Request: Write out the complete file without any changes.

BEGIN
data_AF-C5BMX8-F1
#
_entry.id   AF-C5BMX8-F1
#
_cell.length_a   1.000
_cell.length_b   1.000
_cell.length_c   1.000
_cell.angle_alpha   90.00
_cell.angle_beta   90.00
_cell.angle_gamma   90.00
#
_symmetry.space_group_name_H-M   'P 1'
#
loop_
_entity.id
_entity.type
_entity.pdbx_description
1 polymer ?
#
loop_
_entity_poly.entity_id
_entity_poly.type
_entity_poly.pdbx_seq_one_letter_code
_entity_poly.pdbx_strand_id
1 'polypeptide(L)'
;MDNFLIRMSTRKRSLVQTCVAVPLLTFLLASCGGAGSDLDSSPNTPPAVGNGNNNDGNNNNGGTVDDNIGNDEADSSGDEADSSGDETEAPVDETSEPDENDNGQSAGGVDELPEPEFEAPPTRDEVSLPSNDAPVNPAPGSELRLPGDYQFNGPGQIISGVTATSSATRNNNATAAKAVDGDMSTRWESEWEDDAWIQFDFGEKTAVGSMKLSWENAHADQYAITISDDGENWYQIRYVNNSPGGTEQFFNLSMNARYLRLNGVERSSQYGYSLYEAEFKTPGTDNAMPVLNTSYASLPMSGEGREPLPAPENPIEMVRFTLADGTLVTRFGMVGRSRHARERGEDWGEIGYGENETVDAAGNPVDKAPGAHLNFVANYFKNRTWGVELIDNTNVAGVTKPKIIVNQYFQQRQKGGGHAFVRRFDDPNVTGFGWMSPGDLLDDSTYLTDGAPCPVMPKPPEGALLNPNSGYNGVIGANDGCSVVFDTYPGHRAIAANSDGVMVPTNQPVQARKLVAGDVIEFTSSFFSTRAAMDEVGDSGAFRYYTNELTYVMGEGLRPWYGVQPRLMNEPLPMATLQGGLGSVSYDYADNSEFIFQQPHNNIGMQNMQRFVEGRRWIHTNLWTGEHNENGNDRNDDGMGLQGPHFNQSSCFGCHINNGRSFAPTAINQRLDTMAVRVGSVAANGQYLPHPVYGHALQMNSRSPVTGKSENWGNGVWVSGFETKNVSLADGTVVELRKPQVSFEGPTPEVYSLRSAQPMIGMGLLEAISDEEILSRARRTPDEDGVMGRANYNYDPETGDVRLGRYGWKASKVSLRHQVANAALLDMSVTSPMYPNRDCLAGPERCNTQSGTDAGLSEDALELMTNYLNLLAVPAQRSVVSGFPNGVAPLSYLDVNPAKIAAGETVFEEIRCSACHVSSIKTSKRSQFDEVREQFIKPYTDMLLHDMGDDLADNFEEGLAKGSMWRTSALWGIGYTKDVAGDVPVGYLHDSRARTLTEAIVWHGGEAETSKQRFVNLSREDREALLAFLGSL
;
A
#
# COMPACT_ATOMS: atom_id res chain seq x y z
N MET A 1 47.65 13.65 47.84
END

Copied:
data_AF-C5BMX8-F1
#
_entry.id   AF-C5BMX8-F1
#
_cell.length_a   1.000
_cell.length_b   1.000
_cell.length_c   1.000
_cell.angle_alpha   90.00
_cell.angle_beta   90.00
_cell.angle_gamma   90.00
#
_symmetry.space_group_name_H-M   'P 1'
#
loop_
_entity.id
_entity.type
_entity.pdbx_description
1 polymer ?
#
loop_
_entity_poly.entity_id
_entity_poly.type
_entity_poly.pdbx_seq_one_letter_code
_entity_poly.pdbx_strand_id
1 'polypeptide(L)'
;MDNFLIRMSTRKRSLVQTCVAVPLLTFLLASCGGAGSDLDSSPNTPPAVGNGNNNDGNNNNGGTVDDNIGNDEADSSGDEADSSGDETEAPVDETSEPDENDNGQSAGGVDELPEPEFEAPPTRDEVSLPSNDAPVNPAPGSELRLPGDYQFNGPGQIISGVTATSSATRNNNATAAKAVDGDMSTRWESEWEDDAWIQFDFGEKTAVGSMKLSWENAHADQYAITISDDGENWYQIRYVNNSPGGTEQFFNLSMNARYLRLNGVERSSQYGYSLYEAEFKTPGTDNAMPVLNTSYASLPMSGEGREPLPAPENPIEMVRFTLADGTLVTRFGMVGRSRHARERGEDWGEIGYGENETVDAAGNPVDKAPGAHLNFVANYFKNRTWGVELIDNTNVAGVTKPKIIVNQYFQQRQKGGGHAFVRRFDDPNVTGFGWMSPGDLLDDSTYLTDGAPCPVMPKPPEGALLNPNSGYNGVIGANDGCSVVFDTYPGHRAIAANSDGVMVPTNQPVQARKLVAGDVIEFTSSFFSTRAAMDEVGDSGAFRYYTNELTYVMGEGLRPWYGVQPRLMNEPLPMATLQGGLGSVSYDYADNSEFIFQQPHNNIGMQNMQRFVEGRRWIHTNLWTGEHNENGNDRNDDGMGLQGPHFNQSSCFGCHINNGRSFAPTAINQRLDTMAVRVGSVAANGQYLPHPVYGHALQMNSRSPVTGKSENWGNGVWVSGFETKNVSLADGTVVELRKPQVSFEGPTPEVYSLRSAQPMIGMGLLEAISDEEILSRARRTPDEDGVMGRANYNYDPETGDVRLGRYGWKASKVSLRHQVANAALLDMSVTSPMYPNRDCLAGPERCNTQSGTDAGLSEDALELMTNYLNLLAVPAQRSVVSGFPNGVAPLSYLDVNPAKIAAGETVFEEIRCSACHVSSIKTSKRSQFDEVREQFIKPYTDMLLHDMGDDLADNFEEGLAKGSMWRTSALWGIGYTKDVAGDVPVGYLHDSRARTLTEAIVWHGGEAETSKQRFVNLSREDREALLAFLGSL
;
A
#
# COMPACT_ATOMS: atom_id res chain seq x y z
N MET A 1 47.65 13.65 47.84